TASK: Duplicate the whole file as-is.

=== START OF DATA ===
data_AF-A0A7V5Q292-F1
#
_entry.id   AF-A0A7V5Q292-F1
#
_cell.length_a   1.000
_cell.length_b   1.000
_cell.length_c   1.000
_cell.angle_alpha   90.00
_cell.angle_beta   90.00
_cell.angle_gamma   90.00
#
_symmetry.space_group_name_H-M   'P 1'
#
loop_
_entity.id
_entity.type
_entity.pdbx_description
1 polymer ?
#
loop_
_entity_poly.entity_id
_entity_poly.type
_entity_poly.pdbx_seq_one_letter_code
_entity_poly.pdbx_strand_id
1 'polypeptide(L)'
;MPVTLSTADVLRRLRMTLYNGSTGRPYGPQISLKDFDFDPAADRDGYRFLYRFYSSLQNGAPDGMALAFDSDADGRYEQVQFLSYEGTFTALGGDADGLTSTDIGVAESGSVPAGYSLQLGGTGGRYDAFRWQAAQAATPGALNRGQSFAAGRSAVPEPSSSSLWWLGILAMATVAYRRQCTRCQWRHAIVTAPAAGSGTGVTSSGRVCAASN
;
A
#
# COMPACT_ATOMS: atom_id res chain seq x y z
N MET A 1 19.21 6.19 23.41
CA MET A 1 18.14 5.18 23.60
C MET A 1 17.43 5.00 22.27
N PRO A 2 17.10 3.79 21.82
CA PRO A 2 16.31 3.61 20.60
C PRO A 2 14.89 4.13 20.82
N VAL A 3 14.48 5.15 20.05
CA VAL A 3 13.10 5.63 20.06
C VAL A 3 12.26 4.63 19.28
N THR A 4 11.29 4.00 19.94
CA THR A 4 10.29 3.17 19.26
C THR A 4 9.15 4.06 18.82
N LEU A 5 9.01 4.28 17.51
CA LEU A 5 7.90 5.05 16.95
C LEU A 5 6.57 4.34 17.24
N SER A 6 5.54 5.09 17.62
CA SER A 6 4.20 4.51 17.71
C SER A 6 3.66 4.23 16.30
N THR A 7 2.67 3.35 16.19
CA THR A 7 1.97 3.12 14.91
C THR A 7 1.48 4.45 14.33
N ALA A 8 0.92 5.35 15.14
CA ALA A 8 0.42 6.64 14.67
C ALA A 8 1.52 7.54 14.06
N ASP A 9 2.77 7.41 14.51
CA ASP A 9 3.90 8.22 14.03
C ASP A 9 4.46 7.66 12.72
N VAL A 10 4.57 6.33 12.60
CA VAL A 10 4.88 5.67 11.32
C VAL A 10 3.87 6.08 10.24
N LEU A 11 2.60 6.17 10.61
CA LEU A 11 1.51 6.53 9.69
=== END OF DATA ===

data_AF-A0A7V5Q292-F1
#
_entry.id   AF-A0A7V5Q292-F1
#
_cell.length_a   1.000
_cell.length_b   1.000
_cell.length_c   1.000
_cell.angle_alpha   90.00
_cell.angle_beta   90.00
_cell.angle_gamma   90.00
#
_symmetry.space_group_name_H-M   'P 1'
#
loop_
_entity.id
_entity.type
_entity.pdbx_description
1 polymer ?
#
loop_
_entity_poly.entity_id
_entity_poly.type
_entity_poly.pdbx_seq_one_letter_code
_entity_poly.pdbx_strand_id
1 'polypeptide(L)'
;MPVTLSTADVLRRLRMTLYNGSTGRPYGPQISLKDFDFDPAADRDGYRFLYRFYSSLQNGAPDGMALAFDSDADGRYEQVQFLSYEGTFTALGGDADGLTSTDIGVAESGSVPAGYSLQLGGTGGRYDAFRWQAAQAATPGALNRGQSFAAGRSAVPEPSSSSLWWLGILAMATVAYRRQCTRCQWRHAIVTAPAAGSGTGVTSSGRVCAASN
;
A
#
# COMPACT_ATOMS: atom_id res chain seq x y z
N MET A 1 19.21 6.19 23.41
CA MET A 1 18.14 5.18 23.60
C MET A 1 17.43 5.00 22.27
N PRO A 2 17.10 3.79 21.82
CA PRO A 2 16.31 3.61 20.60
C PRO A 2 14.89 4.13 20.82
N VAL A 3 14.48 5.15 20.05
CA VAL A 3 13.10 5.63 20.06
C VAL A 3 12.26 4.63 19.28
N THR A 4 11.29 4.00 19.94
CA THR A 4 10.29 3.17 19.26
C THR A 4 9.15 4.06 18.82
N LEU A 5 9.01 4.28 17.51
CA LEU A 5 7.90 5.05 16.95
C LEU A 5 6.57 4.34 17.24
N SER A 6 5.54 5.09 17.62
CA SER A 6 4.20 4.51 17.71
C SER A 6 3.66 4.23 16.30
N THR A 7 2.67 3.35 16.19
CA THR A 7 1.97 3.12 14.91
C THR A 7 1.48 4.45 14.33
N ALA A 8 0.92 5.35 15.14
CA ALA A 8 0.42 6.64 14.67
C ALA A 8 1.52 7.54 14.06
N ASP A 9 2.77 7.41 14.51
CA ASP A 9 3.90 8.22 14.03
C ASP A 9 4.46 7.66 12.72
N VAL A 10 4.57 6.33 12.60
CA VAL A 10 4.88 5.67 11.32
C VAL A 10 3.87 6.08 10.24
N LEU A 11 2.60 6.17 10.61
CA LEU A 11 1.51 6.53 9.69